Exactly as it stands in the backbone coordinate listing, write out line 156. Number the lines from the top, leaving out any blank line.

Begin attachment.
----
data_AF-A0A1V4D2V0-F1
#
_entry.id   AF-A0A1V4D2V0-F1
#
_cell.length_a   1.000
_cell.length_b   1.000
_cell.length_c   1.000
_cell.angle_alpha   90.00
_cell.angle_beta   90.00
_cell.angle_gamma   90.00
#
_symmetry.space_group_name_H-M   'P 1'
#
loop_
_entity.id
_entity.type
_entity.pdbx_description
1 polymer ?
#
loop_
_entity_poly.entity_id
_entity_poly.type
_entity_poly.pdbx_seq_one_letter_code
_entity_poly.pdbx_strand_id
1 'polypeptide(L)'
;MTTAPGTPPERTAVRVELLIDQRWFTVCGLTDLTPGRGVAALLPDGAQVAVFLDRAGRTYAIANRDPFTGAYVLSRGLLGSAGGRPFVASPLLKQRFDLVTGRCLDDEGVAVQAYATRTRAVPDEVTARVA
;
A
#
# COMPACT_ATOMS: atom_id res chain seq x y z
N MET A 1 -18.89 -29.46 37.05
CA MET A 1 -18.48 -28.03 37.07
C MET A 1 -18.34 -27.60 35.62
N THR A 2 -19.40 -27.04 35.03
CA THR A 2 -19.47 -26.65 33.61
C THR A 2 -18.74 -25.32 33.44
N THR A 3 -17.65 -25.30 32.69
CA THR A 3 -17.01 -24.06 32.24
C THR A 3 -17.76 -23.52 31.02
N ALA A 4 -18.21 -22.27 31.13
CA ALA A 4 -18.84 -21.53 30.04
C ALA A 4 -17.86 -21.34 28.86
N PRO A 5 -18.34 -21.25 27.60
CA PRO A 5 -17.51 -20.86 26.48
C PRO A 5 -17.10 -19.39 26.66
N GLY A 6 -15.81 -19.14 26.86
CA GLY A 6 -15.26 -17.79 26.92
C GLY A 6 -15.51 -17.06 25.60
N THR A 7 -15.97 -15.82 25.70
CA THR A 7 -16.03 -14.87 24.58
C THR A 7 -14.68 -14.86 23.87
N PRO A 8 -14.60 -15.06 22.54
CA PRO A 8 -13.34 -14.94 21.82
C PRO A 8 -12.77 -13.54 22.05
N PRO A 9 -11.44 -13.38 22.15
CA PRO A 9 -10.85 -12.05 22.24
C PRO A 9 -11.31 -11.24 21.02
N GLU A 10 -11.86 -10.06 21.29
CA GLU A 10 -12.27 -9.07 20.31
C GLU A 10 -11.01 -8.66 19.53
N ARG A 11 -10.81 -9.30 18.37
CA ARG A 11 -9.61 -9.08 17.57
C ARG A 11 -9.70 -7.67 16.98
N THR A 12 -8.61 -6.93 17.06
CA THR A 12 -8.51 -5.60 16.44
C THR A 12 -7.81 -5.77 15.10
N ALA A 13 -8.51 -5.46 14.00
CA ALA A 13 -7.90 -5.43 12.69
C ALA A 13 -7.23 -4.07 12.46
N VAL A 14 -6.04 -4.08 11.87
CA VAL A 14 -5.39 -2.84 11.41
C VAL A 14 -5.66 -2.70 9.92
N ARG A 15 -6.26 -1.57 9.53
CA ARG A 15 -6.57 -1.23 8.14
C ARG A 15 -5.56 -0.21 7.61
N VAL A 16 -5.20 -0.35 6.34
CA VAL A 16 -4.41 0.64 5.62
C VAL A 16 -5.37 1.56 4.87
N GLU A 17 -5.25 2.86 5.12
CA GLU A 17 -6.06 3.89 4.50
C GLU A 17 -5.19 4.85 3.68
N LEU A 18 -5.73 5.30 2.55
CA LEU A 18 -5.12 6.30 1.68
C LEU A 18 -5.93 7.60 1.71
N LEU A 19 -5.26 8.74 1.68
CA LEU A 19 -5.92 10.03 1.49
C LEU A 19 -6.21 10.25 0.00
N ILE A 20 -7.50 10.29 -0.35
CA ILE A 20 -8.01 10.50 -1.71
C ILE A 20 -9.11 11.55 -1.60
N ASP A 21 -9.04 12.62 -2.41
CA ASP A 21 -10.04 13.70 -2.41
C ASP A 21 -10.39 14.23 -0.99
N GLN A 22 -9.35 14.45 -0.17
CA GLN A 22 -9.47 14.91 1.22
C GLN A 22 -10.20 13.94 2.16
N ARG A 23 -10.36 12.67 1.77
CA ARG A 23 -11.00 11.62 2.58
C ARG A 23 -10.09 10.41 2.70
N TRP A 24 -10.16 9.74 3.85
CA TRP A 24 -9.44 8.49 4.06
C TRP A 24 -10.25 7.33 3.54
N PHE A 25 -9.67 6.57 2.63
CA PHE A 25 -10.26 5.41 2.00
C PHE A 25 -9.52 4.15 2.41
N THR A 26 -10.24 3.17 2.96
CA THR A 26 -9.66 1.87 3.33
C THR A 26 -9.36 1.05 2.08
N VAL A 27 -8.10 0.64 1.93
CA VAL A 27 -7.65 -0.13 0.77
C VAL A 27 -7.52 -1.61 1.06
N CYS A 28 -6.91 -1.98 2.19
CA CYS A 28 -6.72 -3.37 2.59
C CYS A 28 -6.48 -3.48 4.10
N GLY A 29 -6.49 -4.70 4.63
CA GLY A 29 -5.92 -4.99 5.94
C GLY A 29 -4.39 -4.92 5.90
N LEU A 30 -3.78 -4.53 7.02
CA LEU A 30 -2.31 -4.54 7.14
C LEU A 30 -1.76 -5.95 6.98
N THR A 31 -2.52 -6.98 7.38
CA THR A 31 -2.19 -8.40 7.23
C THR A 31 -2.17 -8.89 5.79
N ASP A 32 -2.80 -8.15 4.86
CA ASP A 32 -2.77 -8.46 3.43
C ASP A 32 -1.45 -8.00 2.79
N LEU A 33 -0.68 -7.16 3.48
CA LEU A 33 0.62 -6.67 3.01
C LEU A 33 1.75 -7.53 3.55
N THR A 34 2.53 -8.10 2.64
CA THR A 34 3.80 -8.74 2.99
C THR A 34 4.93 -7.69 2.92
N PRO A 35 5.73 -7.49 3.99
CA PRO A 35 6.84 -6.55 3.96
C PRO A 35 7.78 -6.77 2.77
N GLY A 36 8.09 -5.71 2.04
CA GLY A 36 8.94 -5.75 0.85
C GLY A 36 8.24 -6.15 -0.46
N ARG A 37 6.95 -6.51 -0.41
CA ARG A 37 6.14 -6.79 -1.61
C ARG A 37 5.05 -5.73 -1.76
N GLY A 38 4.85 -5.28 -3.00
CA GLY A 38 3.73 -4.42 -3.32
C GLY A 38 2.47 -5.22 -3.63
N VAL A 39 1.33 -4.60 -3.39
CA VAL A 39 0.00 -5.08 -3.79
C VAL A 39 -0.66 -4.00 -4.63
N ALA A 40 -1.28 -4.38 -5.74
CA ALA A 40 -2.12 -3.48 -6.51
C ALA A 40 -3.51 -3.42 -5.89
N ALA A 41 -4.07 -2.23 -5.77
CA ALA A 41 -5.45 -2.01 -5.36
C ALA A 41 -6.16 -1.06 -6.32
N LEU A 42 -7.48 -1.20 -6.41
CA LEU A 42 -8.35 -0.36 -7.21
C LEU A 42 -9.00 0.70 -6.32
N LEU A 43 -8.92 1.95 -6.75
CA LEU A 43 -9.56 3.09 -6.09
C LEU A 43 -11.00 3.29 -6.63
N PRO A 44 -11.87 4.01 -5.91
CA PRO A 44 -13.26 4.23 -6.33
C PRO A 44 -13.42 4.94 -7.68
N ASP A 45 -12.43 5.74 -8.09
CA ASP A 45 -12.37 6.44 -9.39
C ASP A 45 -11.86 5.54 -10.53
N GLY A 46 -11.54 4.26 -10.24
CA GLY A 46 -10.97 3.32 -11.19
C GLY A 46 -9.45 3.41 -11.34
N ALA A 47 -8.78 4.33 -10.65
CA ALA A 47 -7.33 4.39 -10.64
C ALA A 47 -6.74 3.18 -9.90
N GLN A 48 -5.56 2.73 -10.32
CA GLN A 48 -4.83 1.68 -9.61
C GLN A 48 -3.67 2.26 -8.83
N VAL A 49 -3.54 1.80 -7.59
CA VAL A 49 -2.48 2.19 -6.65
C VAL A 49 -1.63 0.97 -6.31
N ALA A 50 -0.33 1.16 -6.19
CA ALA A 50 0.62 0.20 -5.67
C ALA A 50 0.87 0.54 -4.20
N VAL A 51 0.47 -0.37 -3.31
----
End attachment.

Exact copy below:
C LEU A 42 -9.00 0.70 -6.32